The Broadsheet: January 15th

January 15, 2016, 12:40 PM UTC

Good morning, Broadsheet readers! Planned Parenthood is suing the group behind those fetal tissue videos, Sheryl Sandberg is giving away $31 million, and more women over 40 are having kids. Enjoy the holiday weekend—I’ll be back in your inbox on Tuesday,


 Planned Parenthood's plans. Amy Bonse, a lawyer representing Planned Parenthood, says the women's health organization will sue the conservative anti-abortion group behind secretly taped videos that appeared to show abortion providers selling fetal tissue. The suit alleges that the Center for Medical Progress provided "fraudulent information in violation of federal law” to gain access to Planned Parenthood conferences and doctors. Meanwhile, Planned Parenthood president Cecile Richards and Hillary Clinton—who PP has endorsed—sat down with Refinery29 to talk about women's rights and the 2016 election.


 Shining on the small stage. Despite being stuck in the undercard GOP debate last night, former Hewlett-Packard CEO Carly Fiorina brought her A-game, attacking Hillary Clinton and firing zingers at fellow Republican candidates Donald Trump and Rand Paul.  Time

 Moms mature. More U.S. women over 40 are having babies, according to a new report. One likely reason: More than 40% of women say having children after first establishing a career is the best strategy for ending up in a top job.  Fortune

 Thanks, Sheryl. Facebook COO Sheryl Sandberg has donated 290,000 shares of Facebook stock—worth about $31 million—to a slew of charities, including women's empowerment, anti-poverty, and education groups. Re/Code

Less male, still white. While the new Academy Award nominations recognized a number of female-centric movies—Brooklyn, Room, and Mad Max: Fury Road are all nominated for Best Picture—noticeable absent were films about and starring people of color and LGBT individuals. Washington Post

 Spousal support. Fortune digs into the vital role that Heidi Cruz, wife of Ted Cruz, and Mary Pat Christie, wife of Chris Christie, have played in financing their husbands' political campaigns. Fortune

 The Haley paradox. This New Yorker piece argues that South Carolina Gov. Nikki Haley is a symbol of both racial progress and of racial stagnation in her state and party.  The New Yorker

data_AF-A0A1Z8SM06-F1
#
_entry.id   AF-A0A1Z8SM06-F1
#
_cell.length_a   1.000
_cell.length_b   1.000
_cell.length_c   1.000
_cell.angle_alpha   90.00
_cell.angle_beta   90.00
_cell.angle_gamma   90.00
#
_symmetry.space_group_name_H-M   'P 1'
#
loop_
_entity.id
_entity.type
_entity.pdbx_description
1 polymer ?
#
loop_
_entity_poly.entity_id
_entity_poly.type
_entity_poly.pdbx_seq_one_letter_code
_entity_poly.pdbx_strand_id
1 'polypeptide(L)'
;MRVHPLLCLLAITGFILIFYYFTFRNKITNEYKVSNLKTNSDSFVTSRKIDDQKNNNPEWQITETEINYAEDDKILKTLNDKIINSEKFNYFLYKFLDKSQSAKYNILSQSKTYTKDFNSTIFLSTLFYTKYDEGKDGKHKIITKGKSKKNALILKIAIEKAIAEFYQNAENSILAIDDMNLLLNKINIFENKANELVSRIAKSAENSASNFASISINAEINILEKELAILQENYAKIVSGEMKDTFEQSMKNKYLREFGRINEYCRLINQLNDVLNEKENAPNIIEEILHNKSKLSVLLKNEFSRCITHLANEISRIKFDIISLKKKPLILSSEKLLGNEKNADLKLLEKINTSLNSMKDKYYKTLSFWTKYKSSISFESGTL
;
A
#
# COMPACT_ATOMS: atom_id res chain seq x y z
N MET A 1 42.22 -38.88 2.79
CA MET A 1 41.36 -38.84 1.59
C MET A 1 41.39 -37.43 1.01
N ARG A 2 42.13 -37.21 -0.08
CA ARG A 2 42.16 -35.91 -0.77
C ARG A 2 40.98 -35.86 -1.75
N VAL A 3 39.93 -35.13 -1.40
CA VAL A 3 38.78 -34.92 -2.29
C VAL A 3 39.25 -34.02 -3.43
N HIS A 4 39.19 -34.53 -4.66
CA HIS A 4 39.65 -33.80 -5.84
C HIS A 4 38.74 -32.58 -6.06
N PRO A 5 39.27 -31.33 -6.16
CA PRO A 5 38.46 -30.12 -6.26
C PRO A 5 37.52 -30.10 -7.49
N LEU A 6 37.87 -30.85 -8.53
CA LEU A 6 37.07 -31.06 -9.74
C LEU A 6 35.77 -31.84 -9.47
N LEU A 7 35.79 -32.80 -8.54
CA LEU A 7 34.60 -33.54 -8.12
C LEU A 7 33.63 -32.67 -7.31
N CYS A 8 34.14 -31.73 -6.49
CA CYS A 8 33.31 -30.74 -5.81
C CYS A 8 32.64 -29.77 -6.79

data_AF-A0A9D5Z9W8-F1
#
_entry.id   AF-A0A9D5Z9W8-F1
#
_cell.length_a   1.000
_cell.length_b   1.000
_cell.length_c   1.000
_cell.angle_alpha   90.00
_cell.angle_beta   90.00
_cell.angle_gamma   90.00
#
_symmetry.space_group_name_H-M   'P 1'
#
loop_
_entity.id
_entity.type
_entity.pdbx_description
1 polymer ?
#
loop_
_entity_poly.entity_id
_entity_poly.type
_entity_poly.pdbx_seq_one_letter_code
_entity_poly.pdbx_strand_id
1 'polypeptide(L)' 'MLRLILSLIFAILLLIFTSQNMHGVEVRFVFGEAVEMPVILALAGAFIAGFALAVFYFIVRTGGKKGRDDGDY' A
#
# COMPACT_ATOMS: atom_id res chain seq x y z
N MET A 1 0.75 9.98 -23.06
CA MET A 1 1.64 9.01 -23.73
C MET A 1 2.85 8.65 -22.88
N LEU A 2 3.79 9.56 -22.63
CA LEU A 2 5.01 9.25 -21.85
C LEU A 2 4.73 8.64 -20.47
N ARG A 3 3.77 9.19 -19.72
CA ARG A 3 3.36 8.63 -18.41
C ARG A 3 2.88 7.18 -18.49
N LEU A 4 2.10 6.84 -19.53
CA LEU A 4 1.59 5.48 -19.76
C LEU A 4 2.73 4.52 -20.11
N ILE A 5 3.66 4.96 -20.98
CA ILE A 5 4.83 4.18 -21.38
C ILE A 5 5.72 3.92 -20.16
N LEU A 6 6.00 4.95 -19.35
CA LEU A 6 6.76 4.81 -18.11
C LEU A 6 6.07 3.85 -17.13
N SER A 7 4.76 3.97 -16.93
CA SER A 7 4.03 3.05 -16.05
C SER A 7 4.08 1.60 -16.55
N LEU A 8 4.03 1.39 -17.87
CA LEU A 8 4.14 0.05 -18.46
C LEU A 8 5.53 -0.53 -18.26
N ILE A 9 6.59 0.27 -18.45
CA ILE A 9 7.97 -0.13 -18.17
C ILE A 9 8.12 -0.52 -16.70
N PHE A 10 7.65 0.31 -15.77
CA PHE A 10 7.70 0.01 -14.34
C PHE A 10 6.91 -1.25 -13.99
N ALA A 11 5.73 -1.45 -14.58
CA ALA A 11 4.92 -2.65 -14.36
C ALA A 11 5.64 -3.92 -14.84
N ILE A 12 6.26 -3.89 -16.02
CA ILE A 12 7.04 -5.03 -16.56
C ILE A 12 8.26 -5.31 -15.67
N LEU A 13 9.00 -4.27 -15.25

MOVERS AND SHAKERS: Digital media platform Xaxis announced the promotion of Nicolle Pangis to serve as global COO.


Who's the boss now? The origin story of KMR Law Group, a Chicago law firm founded by three black women, begins with the moment one of the partners' previous bosses said to her, "Okay, slave, get back to work." Elle

 Courting Chelsea. Conservative advocacy group Citizens United is suing for access to Chelsea Clinton’s correspondence with State Department officials like Cheryl Mills and Huma Abedin. This furthers the question raised by Chelsea's decision to begin stumping for her mom: Should she be considered a private citizen or a high-profile public figure?  WSJ

 Don't hate—appreciate. Netflix has ordered eight episodes of Haters Back Off, a comedy program from YouTube star Colleen Ballinger Evans. It will be the first scripted series created by a YouTube personality.  The Verge

 Model behavior. Denim brand AG Jeans is setting a new standard of gender equality by having a single model, Daria Werbowy, as the face of both its new men’s and women’s lines.  Refinery29

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Manspreading apologists blame body dimensions for subway behavior   Gothamist

Why Hillary Clinton still can't escape her husband's misdeeds  Time

Apple board: Call for diversity is 'unduly burdensome and not necessary'  Quartz

'A long way to go': Landmark report says we are failing transgender people Vice


There is nothing wrong with a man being feminist, I think it is to our mutual advantage.

actor Alan Rickman, as quoted on Twitter by Emma Watson, who has been accused of exploiting Rickman's death to further her own agenda.